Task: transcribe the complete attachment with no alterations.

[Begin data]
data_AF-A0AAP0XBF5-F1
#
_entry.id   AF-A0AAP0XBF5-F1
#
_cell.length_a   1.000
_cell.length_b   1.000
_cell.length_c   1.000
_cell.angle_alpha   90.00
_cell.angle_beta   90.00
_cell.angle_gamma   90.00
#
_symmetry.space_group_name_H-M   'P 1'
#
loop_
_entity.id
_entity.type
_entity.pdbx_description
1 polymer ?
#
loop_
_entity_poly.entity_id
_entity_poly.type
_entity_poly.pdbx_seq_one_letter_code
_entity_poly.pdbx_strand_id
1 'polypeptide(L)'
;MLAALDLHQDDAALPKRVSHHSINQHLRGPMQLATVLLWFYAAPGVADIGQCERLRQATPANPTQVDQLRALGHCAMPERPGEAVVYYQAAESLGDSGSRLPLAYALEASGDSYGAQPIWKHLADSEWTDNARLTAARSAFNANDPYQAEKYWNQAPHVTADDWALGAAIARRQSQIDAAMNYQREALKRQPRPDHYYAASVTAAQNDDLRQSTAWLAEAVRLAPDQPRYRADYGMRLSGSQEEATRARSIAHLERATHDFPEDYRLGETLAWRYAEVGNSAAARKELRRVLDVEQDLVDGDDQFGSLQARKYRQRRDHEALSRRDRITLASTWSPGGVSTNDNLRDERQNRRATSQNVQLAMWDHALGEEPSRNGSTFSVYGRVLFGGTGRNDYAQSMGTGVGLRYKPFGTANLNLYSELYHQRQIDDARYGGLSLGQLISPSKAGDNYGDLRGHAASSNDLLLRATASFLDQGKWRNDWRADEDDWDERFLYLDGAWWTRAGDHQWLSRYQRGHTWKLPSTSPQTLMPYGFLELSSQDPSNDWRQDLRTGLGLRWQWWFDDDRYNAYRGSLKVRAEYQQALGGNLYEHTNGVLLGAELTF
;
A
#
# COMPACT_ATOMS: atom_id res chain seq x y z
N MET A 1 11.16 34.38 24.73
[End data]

data_AF-A0AAP0XBF5-F1
#
_entry.id   AF-A0AAP0XBF5-F1
#
_cell.length_a   1.000
_cell.length_b   1.000
_cell.length_c   1.000
_cell.angle_alpha   90.00
_cell.angle_beta   90.00
_cell.angle_gamma   90.00
#
_symmetry.space_group_name_H-M   'P 1'
#
loop_
_entity.id
_entity.type
_entity.pdbx_description
1 polymer ?
#
loop_
_entity_poly.entity_id
_entity_poly.type
_entity_poly.pdbx_seq_one_letter_code
_entity_poly.pdbx_strand_id
1 'polypeptide(L)'
;MLAALDLHQDDAALPKRVSHHSINQHLRGPMQLATVLLWFYAAPGVADIGQCERLRQATPANPTQVDQLRALGHCAMPERPGEAVVYYQAAESLGDSGSRLPLAYALEASGDSYGAQPIWKHLADSEWTDNARLTAARSAFNANDPYQAEKYWNQAPHVTADDWALGAAIARRQSQIDAAMNYQREALKRQPRPDHYYAASVTAAQNDDLRQSTAWLAEAVRLAPDQPRYRADYGMRLSGSQEEATRARSIAHLERATHDFPEDYRLGETLAWRYAEVGNSAAARKELRRVLDVEQDLVDGDDQFGSLQARKYRQRRDHEALSRRDRITLASTWSPGGVSTNDNLRDERQNRRATSQNVQLAMWDHALGEEPSRNGSTFSVYGRVLFGGTGRNDYAQSMGTGVGLRYKPFGTANLNLYSELYHQRQIDDARYGGLSLGQLISPSKAGDNYGDLRGHAASSNDLLLRATASFLDQGKWRNDWRADEDDWDERFLYLDGAWWTRAGDHQWLSRYQRGHTWKLPSTSPQTLMPYGFLELSSQDPSNDWRQDLRTGLGLRWQWWFDDDRYNAYRGSLKVRAEYQQALGGNLYEHTNGVLLGAELTF
;
A
#
# COMPACT_ATOMS: atom_id res chain seq x y z
N MET A 1 11.16 34.38 24.73